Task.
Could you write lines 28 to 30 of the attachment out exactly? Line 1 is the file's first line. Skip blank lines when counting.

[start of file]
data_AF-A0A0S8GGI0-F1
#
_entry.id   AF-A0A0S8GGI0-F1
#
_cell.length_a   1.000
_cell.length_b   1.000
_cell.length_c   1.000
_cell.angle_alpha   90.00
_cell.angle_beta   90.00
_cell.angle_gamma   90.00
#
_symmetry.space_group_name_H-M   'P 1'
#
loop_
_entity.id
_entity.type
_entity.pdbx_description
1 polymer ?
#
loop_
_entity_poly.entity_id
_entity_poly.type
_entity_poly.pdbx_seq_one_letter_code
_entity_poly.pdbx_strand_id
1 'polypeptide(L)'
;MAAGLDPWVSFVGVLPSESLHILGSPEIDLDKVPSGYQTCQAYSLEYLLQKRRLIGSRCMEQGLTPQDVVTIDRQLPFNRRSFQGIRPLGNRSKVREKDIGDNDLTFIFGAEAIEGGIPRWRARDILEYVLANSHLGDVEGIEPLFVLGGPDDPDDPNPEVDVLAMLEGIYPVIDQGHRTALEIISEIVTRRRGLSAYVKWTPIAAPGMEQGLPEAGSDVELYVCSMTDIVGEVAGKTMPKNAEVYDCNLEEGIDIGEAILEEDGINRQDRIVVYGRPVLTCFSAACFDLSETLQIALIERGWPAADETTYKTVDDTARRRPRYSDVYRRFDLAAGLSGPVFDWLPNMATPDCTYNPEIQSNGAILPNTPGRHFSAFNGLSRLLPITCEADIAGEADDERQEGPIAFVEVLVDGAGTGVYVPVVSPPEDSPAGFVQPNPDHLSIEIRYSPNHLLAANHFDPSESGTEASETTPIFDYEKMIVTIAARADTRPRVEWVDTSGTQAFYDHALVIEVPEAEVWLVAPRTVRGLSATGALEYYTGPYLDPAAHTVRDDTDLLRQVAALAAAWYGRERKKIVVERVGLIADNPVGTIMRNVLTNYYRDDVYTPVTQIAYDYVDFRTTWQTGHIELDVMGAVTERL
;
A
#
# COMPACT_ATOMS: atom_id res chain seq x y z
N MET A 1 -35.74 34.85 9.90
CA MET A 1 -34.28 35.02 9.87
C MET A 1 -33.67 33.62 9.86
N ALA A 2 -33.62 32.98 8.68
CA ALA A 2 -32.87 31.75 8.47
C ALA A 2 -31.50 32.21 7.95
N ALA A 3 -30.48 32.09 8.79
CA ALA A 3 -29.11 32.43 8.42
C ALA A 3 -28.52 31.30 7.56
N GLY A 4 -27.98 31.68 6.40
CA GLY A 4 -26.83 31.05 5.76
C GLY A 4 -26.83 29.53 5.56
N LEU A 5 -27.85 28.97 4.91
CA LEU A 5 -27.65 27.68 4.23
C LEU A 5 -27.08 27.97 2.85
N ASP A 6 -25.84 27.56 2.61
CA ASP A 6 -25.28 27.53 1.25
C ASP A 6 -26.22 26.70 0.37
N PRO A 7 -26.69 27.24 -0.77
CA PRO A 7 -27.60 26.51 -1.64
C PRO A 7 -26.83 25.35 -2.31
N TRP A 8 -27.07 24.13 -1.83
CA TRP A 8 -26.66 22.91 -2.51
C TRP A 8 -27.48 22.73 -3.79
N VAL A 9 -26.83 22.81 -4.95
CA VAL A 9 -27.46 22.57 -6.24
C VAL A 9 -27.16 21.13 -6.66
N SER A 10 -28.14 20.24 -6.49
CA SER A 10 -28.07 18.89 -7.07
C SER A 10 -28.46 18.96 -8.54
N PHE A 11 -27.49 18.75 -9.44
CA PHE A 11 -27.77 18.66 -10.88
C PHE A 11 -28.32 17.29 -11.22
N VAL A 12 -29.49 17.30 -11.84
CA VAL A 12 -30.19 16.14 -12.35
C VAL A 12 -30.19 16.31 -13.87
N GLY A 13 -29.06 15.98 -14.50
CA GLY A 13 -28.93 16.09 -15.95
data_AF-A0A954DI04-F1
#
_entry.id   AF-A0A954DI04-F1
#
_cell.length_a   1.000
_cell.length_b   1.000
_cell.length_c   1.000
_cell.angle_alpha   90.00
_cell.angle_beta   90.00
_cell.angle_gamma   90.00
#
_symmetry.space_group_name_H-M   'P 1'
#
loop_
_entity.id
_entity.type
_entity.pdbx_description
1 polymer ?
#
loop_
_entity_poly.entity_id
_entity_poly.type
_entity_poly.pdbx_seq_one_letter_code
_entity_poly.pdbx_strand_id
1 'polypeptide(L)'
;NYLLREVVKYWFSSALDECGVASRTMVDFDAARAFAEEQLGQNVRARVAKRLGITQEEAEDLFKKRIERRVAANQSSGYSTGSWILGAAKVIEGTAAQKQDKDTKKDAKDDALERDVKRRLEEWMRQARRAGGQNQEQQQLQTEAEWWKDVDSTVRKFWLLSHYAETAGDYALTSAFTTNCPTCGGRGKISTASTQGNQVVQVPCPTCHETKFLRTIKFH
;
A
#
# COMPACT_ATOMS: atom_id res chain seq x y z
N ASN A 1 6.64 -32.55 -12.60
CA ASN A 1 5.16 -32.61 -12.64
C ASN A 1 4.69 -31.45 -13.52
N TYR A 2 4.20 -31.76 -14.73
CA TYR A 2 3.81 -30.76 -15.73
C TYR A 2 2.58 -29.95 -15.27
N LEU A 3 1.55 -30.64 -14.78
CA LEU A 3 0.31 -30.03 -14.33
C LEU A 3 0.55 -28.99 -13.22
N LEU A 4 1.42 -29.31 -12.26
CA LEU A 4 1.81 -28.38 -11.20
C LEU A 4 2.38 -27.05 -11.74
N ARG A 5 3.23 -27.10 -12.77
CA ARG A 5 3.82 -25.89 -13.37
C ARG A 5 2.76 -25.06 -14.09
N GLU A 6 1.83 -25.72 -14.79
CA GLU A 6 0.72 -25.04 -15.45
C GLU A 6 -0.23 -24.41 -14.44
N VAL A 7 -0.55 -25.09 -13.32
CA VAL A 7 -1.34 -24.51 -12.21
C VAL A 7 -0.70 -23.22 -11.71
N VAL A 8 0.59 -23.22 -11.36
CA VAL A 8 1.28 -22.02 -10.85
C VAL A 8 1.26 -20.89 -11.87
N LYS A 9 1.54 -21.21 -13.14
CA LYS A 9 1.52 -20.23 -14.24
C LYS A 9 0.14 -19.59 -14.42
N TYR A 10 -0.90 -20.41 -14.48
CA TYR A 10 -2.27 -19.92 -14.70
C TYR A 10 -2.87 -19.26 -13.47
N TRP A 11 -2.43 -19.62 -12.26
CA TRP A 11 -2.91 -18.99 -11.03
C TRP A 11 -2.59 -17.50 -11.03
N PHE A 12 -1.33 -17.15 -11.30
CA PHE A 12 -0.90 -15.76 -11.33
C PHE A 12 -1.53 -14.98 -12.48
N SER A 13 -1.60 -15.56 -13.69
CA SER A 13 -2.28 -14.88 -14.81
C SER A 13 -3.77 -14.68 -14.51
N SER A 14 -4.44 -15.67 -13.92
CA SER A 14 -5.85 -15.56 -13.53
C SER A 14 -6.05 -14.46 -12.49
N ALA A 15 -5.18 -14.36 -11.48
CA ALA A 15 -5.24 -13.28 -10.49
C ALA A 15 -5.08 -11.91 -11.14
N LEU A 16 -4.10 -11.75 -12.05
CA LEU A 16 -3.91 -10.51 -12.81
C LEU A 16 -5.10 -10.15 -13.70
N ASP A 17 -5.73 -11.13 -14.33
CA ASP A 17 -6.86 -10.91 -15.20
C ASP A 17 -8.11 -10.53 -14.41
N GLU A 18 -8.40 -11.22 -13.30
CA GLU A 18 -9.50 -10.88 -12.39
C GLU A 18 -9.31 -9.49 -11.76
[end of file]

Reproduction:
A
#
# COMPACT_ATOMS: atom_id res chain seq x y z